They found that supplementation with the omega-3 fatty acids and LA did not affect oxidative stress markers and that omega-3s with or without LA did not affect the results of the ADAS-Cog nor the ADL.

However, the omega-3 and LA combination was associated with a slower decline in MMSE and IADL while the omega-3s alone were associated with slower decline in IADL, when compared with the placebo.

Researchers from Oregon Health & Science University conducted the study. It was published in the January 2014 issue of the Journal of Alzheimer’s Disease.
Omega-3s have been linked to a number of health benefits, including alleviating arthritis pain, improved mood, improved joint mobility, helping with age related macular degeneration, and aiding your immune system.

Because omega-3 fatty-acids are not found naturally in the human body, it is especially important to make sure that they are a part of your daily diet. Oily, dark fish such as tuna and salmon are high in omega-3s.

Alpha-lipoic acid is an antioxidant that previous studies have linked with improvements in symptoms of diabetes. It can be found in yeast, liver, kidney, spinach, broccoli, and potatoes.



January 30, 2014

Association Found Between Omega-3s and Reduced Risk of Type-2 Diabetes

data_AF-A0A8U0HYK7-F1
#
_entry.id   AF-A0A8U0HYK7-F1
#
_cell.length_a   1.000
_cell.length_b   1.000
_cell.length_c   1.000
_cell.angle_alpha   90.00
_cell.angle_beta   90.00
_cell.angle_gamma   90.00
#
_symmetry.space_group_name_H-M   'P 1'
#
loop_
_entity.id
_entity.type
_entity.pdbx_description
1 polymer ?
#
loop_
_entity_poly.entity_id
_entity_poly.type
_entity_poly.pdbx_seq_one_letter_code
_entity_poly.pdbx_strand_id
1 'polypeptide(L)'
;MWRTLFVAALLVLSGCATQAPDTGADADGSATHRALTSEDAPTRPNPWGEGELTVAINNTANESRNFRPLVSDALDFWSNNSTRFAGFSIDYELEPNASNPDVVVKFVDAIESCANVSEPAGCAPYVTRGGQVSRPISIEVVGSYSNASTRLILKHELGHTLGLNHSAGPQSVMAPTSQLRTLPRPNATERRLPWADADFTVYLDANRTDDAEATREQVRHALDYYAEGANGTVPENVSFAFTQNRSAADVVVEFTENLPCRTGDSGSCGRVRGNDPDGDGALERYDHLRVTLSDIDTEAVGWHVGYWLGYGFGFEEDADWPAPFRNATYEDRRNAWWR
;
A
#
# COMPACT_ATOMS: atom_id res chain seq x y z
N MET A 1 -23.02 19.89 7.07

Filed under: Omega-3 — Sarah @ 6:46 pm
Sarah
Sarah McGowan-Freije, NatureCity author & contributor

Type-2 diabetes usually occurs later in life and is often tied to lifestyle factors such as poor dietary choices and lack of exercise. A recent study out of Finland found that having high blood levels of long-chain omega-3 fatty acids may lower the risk of developing type-2 diabetes by up to a third.

Participants in the study included 2,212 Finnish men between the ages of 42 and 60 who participated in the Kuopio Ischemic Heart Disease Risk Factor study.

The participants were followed for an average of 19.3 years, and during that time 422 were diagnosed with type-2 diabetes. After analyzing the data, the researchers found that the men with the highest blood levels of EPA, DPA, and DHA were 33% less likely to have developed type-2 diabetes than those with the lowest levels.

The researchers did not, however, find any statistically significant association between serum or dietary ALA, dietary fish, or EPA plus DHA and the risk of type-2 diabetes.

Researchers from the University of Eastern Finland conducted the study. It was published in the January 2014 issue of Diabetes Care.